Friday, July 28, 2006

Where is the High Tech?

In response to Paul Graham's essay: How to Be Silicon Valley.

Paul Graham basically says it takes two things to make an area Silicon Valley, money, and nerds. He says money goes where good weather and cool people live, pointing to New York, Boston, and Silicon Valley. And geeks go where top comp sci schools are, again pointing to Silicon Valley and Boston. Plus geeks like to have good public transit, a great social life, and friendly people.

His whole premise is based around the world of Paul Graham. Paul Graham likes cities. Paul Graham lives in Boston. Paul Graham likes public transportation. He then kind of draws all his conclusions around that world. One of the first problems with his premise is that Boston is not a Silicon Valley. It seems to have a decent amount of tech jobs according to, but I don't know if I can think of a single big start up or tech company from Boston.

He notices a couple of big holes in his theory like LA and NYC, but quickly writes those off as "too mainstream". I don't know if i've ever heard a nerd reject a job because a city is too mainstream, and many nerds I know wish NYC was a better place for startups.

He seems to miss the obvious fact that Seattle is a tech center, not because of U of Washington or Seattle itself, but because of Microsoft. If Microsoft had stayed in Albequerque, I get the feeling New Mexico would be more of a tech hub. Paul Graham, and Joel Spolsky both assume most programmers want to live in a big city. That may be true with kids straight out of college, but what about older people or more introverted people? Can there be a startup in say, Burlington, VT or Madison, WI?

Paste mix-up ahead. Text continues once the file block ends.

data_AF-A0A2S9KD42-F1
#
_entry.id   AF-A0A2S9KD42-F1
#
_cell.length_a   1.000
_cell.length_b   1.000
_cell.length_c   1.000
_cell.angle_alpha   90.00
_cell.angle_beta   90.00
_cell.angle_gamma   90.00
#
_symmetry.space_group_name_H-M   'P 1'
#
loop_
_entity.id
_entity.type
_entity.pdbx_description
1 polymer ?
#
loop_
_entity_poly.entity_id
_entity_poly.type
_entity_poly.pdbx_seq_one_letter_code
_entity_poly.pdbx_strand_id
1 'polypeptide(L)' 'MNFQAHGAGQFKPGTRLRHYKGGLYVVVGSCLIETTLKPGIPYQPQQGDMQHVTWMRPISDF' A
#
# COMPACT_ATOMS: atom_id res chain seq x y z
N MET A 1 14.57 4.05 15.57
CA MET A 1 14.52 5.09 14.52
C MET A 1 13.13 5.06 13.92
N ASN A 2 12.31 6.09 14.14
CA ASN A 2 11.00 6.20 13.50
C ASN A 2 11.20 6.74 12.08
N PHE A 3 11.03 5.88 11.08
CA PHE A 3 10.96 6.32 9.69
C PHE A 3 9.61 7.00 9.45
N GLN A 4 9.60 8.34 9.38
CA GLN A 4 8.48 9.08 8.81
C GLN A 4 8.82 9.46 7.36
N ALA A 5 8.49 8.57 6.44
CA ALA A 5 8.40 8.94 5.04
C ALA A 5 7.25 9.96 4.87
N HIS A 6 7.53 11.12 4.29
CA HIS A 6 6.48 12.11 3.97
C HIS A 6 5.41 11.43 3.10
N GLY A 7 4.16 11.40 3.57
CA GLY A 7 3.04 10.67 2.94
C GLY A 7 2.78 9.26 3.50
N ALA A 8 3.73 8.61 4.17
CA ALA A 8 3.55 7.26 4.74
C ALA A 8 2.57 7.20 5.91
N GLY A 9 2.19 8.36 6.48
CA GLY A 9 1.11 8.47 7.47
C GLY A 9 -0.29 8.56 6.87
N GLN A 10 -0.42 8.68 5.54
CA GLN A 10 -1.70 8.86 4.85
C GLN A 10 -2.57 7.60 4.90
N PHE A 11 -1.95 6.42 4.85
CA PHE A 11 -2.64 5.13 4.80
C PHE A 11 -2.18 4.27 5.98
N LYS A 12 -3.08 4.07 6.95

It seems to me the reason most tech hubs are where they are because of a large company's presence there. Microsoft goes to Seattle, gets big, and then groups of the original members form their own companies, that have their own sucess, who's members then create their own companies. AOL goes to northern Virginia, and original team members go on to form thier own Northern VA companies.

But does it matter where you start your business? In these days, where person-to-person contact is less necessary, I don't think so. I think the factors that do matter are time zone, and cost of living. These two things are the only factors that really effect a small IT business's bottom line. If you have a business based in Honolulu, you're recruiting efforts may bring in some great people, but the overhead to your business and the weird hours your support folks have to work may effect how well you do. Some of the other things Paul mentions are favorable tax codes. This would make Las Vegas or Delaware a prime place for IT startups, but that doesn't appear to be the case. In fact Massachusetts, California and Washington have some of the least friendly tax codes for small business.

Location may matter a little more once you start trying to recruit people. But then, it will matter what kind of people you are trying to recruit. Joel Spolsky seems to want only straight out of college programmers. Perhaps these are best suited to be trained in his business practices, are more likely to put in longer hours etc.. Young people generally like big cities and don't mind renting a 1-bedroom with 3 other people. But will those programmers stick around when they are 30? Or will they form their own companies in Connecticut? It would be interesting to me to see a company market their ruralness to lure in developers.


At 8:33 PM, Anonymous Anonymous said...

Note that the "big successful company spawns startups" phenomenon that you describe is exactly how Silicon Valley got started, with Fairchild as the seed.


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